• Clothing, especially woolen fabrics (itching increases after removal), woolen blankets, feather pillows.


Allergic reactions of the immediate type: interaction of the allergen with IgE antibodies fixed on the surface of basophils and mast cells leads to the activation of these cells and the release of vasoactive substances. The role of IgE in the pathogenesis of atopic dermatitis is not entirely clear, but it has been established that Langerhans cells (specialized process cells of the epidermis) carry high-affinity IgE receptors and appear to mediate an inflammatory skin response.



  • Dry skin.
  • The main symptom is skin itching. Constant scratching creates a vicious circle: itching -> scratching -> rash -> itching.
  • Lichenization gradually develops.


Typical localization:

  • flexor surfaces of the joints,
  • the anterior and lateral surfaces of the neck,
  • face (eyelids, forehead),
  • wrists,
  • the back of the hands and feet,
  • In severe cases, a generalized lesion.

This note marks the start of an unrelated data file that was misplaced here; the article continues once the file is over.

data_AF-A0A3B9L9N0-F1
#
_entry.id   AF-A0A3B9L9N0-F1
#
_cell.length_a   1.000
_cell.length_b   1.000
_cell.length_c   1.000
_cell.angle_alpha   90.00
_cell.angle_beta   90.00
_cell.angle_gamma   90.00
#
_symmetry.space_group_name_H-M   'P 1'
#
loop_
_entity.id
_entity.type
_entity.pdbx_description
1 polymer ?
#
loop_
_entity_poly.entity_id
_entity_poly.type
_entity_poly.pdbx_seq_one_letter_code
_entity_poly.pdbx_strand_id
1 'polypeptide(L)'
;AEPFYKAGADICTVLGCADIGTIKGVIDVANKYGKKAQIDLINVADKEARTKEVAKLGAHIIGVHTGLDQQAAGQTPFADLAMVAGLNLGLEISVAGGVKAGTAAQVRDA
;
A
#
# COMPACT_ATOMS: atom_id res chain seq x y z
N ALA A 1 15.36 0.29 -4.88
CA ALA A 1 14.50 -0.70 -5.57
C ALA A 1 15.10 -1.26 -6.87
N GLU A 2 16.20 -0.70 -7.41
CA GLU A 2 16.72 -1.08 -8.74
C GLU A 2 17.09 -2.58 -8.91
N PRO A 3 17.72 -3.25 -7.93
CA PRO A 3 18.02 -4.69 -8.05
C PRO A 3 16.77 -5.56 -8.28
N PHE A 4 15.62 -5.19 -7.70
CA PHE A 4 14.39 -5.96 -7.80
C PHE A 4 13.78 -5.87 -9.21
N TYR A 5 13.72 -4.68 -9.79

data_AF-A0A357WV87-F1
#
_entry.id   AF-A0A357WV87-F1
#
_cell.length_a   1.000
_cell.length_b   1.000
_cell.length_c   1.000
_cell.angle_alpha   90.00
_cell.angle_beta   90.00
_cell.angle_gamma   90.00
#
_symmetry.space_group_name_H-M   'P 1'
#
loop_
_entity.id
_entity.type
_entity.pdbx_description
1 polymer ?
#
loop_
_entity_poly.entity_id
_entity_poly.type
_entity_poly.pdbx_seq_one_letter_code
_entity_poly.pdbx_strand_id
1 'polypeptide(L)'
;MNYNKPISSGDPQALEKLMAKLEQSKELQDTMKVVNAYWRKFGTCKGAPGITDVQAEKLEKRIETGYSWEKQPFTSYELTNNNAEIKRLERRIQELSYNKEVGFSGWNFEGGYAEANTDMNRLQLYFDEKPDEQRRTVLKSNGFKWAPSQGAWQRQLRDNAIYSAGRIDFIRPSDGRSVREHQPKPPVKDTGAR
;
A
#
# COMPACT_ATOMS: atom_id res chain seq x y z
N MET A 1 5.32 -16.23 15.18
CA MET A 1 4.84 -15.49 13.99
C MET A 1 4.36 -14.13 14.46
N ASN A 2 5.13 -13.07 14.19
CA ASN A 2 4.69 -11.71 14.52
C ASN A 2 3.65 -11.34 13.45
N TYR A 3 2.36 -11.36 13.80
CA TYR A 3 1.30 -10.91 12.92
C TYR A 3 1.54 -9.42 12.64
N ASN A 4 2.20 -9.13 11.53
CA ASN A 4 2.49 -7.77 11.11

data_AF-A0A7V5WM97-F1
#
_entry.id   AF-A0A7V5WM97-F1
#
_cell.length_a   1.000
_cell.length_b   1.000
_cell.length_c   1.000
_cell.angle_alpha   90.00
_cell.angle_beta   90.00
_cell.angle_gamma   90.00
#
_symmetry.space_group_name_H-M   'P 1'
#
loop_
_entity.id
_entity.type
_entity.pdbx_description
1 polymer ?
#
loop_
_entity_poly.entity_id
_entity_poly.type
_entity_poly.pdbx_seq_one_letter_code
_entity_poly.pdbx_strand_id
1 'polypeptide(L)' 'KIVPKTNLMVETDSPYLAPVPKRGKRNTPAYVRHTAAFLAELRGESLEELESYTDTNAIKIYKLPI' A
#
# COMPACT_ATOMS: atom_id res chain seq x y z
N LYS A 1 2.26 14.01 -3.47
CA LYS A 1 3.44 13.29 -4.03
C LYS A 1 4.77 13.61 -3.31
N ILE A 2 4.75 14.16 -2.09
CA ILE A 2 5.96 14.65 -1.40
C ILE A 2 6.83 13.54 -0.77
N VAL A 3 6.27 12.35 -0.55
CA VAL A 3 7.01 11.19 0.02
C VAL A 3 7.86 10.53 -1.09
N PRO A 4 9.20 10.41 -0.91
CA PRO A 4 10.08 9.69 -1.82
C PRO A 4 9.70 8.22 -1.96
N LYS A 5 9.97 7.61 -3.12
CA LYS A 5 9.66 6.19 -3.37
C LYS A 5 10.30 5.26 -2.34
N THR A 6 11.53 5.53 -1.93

The acute stage:

  • Red spots with fuzzy borders, papules and plaques, often peeling.
  • Widespread swelling (the skin looks puffy, puffy).
  • Erosion, blotting, and crusts.
  • Excoriations are the result of scratching.
  • Secondary infections caused by Staphylococcus aureus.
  • Pustules (usually pierced in the center by a hair).
  • Corky.

Chronic stage:

  • Lichenization (thickening of the skin and increase of the skin pattern) is the result of constant scratching and rubbing.
  • Many small papules on the site of hair follicles.
  • Cracks are painful, especially on the palms, fingers and soles.